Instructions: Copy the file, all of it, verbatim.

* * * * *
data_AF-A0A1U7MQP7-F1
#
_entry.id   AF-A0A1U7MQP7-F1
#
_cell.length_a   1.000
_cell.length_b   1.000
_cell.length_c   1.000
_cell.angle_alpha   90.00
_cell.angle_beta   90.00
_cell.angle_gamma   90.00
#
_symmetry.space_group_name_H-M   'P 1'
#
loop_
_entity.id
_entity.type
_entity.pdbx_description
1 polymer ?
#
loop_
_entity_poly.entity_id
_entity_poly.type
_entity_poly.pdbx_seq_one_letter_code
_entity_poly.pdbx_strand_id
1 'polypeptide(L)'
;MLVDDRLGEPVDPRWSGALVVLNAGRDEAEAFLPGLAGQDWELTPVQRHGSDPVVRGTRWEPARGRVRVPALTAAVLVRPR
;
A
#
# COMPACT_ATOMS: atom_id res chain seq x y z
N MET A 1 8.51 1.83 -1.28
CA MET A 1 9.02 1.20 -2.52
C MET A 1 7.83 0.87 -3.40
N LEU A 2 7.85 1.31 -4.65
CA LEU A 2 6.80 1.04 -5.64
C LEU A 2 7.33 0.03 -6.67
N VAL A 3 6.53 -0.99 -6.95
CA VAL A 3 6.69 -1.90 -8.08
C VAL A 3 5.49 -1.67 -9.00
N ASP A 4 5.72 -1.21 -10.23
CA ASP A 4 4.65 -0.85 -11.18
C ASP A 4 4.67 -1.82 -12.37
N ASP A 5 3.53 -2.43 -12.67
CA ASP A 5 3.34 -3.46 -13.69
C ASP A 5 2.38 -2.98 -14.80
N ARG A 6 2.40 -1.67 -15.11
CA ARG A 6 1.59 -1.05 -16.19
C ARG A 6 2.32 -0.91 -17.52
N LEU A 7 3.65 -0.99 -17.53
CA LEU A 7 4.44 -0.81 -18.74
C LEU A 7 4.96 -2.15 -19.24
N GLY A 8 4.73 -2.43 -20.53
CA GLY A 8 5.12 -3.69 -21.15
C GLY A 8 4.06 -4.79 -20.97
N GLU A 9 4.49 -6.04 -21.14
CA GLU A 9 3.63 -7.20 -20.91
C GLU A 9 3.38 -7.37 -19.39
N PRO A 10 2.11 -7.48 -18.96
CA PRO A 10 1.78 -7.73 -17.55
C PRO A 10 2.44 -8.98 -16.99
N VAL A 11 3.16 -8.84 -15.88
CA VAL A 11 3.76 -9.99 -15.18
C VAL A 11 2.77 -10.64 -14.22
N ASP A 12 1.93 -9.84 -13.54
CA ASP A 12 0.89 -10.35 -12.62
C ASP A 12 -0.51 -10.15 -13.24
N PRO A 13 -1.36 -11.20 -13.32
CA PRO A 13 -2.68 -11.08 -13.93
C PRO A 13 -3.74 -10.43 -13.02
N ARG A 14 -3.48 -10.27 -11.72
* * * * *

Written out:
data_AF-A0A1U7MQP7-F1
#
_entry.id   AF-A0A1U7MQP7-F1
#
_cell.length_a   1.000
_cell.length_b   1.000
_cell.length_c   1.000
_cell.angle_alpha   90.00
_cell.angle_beta   90.00
_cell.angle_gamma   90.00
#
_symmetry.space_group_name_H-M   'P 1'
#
loop_
_entity.id
_entity.type
_entity.pdbx_description
1 polymer ?
#
loop_
_entity_poly.entity_id
_entity_poly.type
_entity_poly.pdbx_seq_one_letter_code
_entity_poly.pdbx_strand_id
1 'polypeptide(L)'
;MLVDDRLGEPVDPRWSGALVVLNAGRDEAEAFLPGLAGQDWELTPVQRHGSDPVVRGTRWEPARGRVRVPALTAAVLVRPR
;
A
#
# COMPACT_ATOMS: atom_id res chain seq x y z
N MET A 1 8.51 1.83 -1.28
CA MET A 1 9.02 1.20 -2.52
C MET A 1 7.83 0.87 -3.40
N LEU A 2 7.85 1.31 -4.65
CA LEU A 2 6.80 1.04 -5.64
C LEU A 2 7.33 0.03 -6.67
N VAL A 3 6.53 -0.99 -6.95
CA VAL A 3 6.69 -1.90 -8.08
C VAL A 3 5.49 -1.67 -9.00
N ASP A 4 5.72 -1.21 -10.23
CA ASP A 4 4.65 -0.85 -11.18
C ASP A 4 4.67 -1.82 -12.37
N ASP A 5 3.53 -2.43 -12.67
CA ASP A 5 3.34 -3.46 -13.69
C ASP A 5 2.38 -2.98 -14.80
N ARG A 6 2.40 -1.67 -15.11
CA ARG A 6 1.59 -1.05 -16.19
C ARG A 6 2.32 -0.91 -17.52
N LEU A 7 3.65 -0.99 -17.53
CA LEU A 7 4.44 -0.81 -18.74
C LEU A 7 4.96 -2.15 -19.24
N GLY A 8 4.73 -2.43 -20.53
CA GLY A 8 5.12 -3.69 -21.15
C GLY A 8 4.06 -4.79 -20.97
N GLU A 9 4.49 -6.04 -21.14
CA GLU A 9 3.63 -7.20 -20.91
C GLU A 9 3.38 -7.37 -19.39
N PRO A 10 2.11 -7.48 -18.96
CA PRO A 10 1.78 -7.73 -17.55
C PRO A 10 2.44 -8.98 -16.99
N VAL A 11 3.16 -8.84 -15.88
CA VAL A 11 3.76 -9.99 -15.18
C VAL A 11 2.77 -10.64 -14.22
N ASP A 12 1.93 -9.84 -13.54
CA ASP A 12 0.89 -10.35 -12.62
C ASP A 12 -0.51 -10.15 -13.24
N PRO A 13 -1.36 -11.20 -13.32
CA PRO A 13 -2.68 -11.08 -13.93
C PRO A 13 -3.74 -10.43 -13.02
N ARG A 14 -3.48 -10.27 -11.72